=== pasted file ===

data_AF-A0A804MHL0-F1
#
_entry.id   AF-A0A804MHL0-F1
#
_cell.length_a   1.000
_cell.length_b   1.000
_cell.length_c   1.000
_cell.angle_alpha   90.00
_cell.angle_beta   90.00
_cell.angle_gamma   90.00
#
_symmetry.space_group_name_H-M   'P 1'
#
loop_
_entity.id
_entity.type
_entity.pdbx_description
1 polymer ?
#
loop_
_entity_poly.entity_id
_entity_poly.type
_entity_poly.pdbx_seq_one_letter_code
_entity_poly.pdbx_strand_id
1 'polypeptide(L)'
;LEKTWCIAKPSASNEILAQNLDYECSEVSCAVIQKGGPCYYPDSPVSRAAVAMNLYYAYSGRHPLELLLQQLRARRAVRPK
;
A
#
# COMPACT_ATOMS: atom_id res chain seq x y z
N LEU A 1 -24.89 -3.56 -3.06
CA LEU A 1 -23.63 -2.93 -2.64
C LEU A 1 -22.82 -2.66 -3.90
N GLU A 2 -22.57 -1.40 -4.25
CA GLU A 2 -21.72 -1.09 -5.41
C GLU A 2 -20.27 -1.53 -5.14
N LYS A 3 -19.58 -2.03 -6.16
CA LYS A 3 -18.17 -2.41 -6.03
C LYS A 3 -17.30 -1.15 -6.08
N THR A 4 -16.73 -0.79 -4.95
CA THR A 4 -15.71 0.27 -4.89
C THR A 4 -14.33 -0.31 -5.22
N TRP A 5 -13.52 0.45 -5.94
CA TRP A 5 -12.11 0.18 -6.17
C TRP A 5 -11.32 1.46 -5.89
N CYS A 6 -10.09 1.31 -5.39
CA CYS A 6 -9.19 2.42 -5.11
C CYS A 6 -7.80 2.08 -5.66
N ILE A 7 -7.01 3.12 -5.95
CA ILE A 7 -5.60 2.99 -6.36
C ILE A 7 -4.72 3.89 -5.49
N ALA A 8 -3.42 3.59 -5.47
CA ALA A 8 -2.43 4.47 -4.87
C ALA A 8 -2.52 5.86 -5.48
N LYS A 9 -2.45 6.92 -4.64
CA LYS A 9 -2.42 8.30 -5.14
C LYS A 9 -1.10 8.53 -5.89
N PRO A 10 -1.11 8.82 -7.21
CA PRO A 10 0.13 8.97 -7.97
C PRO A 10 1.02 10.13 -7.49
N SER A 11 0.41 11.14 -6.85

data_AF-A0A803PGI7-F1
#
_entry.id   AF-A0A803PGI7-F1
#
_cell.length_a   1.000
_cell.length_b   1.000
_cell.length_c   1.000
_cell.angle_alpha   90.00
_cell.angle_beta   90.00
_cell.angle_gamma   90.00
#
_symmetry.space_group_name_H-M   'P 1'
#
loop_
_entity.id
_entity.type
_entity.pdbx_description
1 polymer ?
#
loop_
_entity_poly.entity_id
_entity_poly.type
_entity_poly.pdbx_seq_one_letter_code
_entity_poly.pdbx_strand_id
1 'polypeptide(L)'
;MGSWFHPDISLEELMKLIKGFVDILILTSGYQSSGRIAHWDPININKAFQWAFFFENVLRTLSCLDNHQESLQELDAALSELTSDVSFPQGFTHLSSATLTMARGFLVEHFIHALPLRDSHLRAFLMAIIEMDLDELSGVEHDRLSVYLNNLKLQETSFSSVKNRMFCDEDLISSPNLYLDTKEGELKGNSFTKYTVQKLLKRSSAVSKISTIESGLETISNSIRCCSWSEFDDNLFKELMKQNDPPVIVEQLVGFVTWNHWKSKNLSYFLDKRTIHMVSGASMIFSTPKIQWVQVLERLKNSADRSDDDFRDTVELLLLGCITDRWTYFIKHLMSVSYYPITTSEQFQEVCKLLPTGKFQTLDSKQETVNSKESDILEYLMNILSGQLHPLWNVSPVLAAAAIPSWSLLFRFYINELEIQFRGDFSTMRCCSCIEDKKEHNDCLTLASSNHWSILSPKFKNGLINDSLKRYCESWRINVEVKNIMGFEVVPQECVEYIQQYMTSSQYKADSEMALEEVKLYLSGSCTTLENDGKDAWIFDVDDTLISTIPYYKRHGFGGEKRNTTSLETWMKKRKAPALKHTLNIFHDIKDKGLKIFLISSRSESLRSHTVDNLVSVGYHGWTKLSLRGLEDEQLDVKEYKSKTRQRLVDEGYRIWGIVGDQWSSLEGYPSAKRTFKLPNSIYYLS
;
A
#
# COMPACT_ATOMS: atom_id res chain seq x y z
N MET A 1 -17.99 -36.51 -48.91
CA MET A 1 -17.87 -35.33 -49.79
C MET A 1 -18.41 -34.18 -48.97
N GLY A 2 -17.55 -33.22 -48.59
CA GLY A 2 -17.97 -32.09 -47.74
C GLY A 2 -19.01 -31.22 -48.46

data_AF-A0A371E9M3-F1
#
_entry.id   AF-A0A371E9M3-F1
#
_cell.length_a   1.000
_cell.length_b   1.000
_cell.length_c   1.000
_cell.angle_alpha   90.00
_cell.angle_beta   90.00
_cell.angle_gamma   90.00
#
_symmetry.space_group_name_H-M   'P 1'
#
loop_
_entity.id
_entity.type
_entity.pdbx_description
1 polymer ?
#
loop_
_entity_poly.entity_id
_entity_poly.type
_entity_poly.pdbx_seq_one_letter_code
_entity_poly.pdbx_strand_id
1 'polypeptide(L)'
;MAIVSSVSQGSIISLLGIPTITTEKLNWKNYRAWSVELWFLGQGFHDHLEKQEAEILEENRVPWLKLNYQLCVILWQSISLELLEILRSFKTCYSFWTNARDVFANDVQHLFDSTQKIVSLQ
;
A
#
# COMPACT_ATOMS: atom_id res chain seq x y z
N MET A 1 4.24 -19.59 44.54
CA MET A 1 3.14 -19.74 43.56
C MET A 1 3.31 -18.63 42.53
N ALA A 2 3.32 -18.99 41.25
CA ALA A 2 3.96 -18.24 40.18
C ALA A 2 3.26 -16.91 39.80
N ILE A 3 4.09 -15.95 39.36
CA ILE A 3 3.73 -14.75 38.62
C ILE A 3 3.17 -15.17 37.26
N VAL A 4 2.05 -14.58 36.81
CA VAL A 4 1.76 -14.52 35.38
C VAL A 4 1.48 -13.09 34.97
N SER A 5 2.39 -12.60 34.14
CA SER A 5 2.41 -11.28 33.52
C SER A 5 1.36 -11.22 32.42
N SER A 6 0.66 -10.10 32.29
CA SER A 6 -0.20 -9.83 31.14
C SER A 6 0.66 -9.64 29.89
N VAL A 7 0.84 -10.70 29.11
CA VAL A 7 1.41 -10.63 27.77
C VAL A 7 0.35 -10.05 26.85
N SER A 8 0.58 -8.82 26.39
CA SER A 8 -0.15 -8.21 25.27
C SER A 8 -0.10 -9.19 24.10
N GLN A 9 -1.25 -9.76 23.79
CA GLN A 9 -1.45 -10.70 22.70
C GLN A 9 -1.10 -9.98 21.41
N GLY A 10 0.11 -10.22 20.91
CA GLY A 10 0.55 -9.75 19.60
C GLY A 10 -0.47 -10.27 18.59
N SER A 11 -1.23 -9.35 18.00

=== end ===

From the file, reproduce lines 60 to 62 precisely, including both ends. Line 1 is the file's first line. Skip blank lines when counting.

C PRO A 10 1.02 10.13 -7.49
N SER A 11 0.41 11.14 -6.85

data_AF-A0A803PGI7-F1